The head of Sudan’s military transitional council has told the BBC the army will not use force against protesters who want it to leave power.
Lt-Gen Abdel Fattah Abdelrahman Burhan spoke as African leaders extended their ultimatum for the military to organise a return to civilian rule.
The army had warned it would remove protesters camped outside its headquarters in the capital, Khartoum.
President Omar al-Bashir was ousted from power on 11 April after 30 years.
Protesters accuse the military of being “remnants” of the ousted long-time ruler.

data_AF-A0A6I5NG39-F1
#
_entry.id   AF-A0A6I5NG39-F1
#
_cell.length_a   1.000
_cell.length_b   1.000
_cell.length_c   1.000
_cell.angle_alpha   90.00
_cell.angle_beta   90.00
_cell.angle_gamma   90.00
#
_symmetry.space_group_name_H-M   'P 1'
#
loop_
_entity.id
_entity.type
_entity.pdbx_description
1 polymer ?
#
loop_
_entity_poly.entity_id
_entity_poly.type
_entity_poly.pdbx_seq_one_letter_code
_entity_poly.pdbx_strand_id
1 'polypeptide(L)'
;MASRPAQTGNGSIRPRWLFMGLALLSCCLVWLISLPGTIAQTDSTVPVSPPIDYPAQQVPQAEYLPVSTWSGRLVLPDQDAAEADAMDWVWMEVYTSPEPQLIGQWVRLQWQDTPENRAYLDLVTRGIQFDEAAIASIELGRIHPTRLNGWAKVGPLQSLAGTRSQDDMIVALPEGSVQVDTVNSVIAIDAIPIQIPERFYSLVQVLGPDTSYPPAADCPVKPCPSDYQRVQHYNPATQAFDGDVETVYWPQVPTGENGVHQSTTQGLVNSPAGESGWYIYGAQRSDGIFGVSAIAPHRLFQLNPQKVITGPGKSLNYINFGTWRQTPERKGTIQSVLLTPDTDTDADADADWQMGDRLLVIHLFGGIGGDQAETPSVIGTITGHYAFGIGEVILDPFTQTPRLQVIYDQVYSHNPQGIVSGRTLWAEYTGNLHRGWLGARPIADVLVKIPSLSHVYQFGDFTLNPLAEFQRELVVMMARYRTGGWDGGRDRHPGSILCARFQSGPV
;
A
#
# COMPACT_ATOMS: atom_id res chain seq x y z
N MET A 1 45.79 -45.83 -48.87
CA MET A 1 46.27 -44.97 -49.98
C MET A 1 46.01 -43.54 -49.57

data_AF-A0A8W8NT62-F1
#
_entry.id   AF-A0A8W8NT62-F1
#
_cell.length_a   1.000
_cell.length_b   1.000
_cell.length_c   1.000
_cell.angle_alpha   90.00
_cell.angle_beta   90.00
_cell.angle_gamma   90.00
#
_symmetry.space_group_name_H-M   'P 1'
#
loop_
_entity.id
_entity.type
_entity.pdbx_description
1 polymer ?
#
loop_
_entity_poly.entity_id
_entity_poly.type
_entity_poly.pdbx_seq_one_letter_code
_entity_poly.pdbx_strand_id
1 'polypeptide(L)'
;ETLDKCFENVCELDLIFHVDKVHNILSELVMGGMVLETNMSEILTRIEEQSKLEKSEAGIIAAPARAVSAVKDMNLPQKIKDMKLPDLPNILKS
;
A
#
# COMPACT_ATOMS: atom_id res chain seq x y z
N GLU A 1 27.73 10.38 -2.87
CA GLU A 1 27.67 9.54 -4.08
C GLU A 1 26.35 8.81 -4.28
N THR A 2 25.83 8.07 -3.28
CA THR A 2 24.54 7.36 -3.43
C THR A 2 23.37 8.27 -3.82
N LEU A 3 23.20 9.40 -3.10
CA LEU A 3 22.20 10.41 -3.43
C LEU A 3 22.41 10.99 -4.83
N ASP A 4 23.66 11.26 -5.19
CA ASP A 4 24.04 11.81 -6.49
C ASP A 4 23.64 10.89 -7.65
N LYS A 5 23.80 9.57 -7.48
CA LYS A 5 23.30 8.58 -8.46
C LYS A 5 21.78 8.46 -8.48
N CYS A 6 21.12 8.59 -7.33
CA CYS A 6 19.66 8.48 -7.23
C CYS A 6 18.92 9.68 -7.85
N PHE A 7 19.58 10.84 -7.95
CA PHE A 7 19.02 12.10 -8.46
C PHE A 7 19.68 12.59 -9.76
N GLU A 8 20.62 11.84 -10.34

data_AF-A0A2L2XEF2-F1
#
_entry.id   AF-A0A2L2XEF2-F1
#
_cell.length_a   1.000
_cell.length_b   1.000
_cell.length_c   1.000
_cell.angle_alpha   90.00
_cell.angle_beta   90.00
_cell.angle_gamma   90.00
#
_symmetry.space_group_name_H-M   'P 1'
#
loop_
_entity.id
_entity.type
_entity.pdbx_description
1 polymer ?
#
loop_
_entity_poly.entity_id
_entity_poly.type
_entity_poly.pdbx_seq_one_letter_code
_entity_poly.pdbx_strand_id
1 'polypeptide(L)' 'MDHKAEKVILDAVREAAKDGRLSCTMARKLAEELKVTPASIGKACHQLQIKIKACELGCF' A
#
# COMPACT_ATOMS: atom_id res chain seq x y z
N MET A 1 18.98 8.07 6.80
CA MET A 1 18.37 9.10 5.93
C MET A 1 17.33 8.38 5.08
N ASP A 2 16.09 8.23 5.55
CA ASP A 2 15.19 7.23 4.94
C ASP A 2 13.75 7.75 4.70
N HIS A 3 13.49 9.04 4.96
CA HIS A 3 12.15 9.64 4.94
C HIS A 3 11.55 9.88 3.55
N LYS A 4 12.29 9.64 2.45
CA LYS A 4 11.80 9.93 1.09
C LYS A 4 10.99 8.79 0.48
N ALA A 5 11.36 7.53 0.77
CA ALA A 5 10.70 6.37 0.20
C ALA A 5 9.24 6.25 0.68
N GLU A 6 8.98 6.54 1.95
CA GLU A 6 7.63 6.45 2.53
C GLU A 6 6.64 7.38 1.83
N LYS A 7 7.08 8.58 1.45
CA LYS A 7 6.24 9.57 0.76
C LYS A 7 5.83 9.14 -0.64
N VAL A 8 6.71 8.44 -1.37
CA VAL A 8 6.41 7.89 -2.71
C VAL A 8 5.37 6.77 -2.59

Leaders of the protest movement have suspended transition talks and co-operation with the military because they doubt its sincerity to hand over power.
A mass sit-in outside the military HQ has been taking place since 6 April. Five days later Mr Bashir was overthrown and replaced by a military council that promised it would relinquish power to civilians within two years, a proposal rejected by protesters.
Lt-Gen Burhan told the BBC HARDTalk programme that the military had taken control to ensure security in the country.
“Protesters have a right to demonstrate anywhere, and we want to reach an agreement [to hand over power], we are not here to stay. The army will go back to the barracks,” he said.
He added that he was willing to hand over power within days if a consensus can be reached with civilian groups.